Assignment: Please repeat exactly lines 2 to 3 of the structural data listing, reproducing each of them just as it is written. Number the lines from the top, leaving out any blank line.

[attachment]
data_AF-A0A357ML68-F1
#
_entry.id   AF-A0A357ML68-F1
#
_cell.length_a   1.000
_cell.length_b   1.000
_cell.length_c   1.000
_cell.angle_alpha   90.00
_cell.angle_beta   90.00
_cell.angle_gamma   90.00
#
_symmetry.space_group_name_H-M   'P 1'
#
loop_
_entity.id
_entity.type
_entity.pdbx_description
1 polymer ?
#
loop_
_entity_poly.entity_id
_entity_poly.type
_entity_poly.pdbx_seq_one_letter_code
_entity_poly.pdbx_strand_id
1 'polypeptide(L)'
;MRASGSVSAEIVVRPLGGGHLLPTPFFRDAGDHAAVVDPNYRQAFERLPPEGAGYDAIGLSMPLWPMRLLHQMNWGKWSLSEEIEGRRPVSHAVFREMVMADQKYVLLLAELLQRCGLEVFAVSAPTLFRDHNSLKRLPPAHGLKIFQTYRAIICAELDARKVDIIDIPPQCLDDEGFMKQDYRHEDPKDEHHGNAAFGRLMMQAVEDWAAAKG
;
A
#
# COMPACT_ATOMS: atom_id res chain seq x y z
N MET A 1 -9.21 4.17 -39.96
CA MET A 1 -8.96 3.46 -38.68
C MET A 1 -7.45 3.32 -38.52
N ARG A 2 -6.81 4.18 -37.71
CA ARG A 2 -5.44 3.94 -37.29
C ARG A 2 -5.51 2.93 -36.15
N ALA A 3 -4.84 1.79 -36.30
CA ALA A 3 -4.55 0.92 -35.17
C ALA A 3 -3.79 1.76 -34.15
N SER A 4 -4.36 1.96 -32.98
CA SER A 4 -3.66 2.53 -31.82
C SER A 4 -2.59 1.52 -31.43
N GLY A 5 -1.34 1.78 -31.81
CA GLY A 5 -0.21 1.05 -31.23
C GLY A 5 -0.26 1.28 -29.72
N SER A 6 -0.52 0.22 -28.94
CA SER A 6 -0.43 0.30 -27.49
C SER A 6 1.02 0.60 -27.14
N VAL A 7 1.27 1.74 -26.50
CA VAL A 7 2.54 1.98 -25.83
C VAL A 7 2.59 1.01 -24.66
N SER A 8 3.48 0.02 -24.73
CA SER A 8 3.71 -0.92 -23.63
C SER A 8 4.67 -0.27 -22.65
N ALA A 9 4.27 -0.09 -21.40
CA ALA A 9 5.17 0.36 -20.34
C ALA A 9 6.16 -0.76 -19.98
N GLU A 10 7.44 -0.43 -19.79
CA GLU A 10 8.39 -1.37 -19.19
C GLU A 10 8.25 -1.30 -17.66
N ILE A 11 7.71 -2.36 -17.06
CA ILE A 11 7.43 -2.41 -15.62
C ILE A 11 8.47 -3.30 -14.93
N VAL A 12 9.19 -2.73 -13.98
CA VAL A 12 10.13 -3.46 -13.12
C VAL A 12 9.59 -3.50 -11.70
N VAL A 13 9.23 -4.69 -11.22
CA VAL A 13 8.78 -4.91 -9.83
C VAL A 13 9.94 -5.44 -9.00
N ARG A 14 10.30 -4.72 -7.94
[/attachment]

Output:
#
_entry.id   AF-A0A357ML68-F1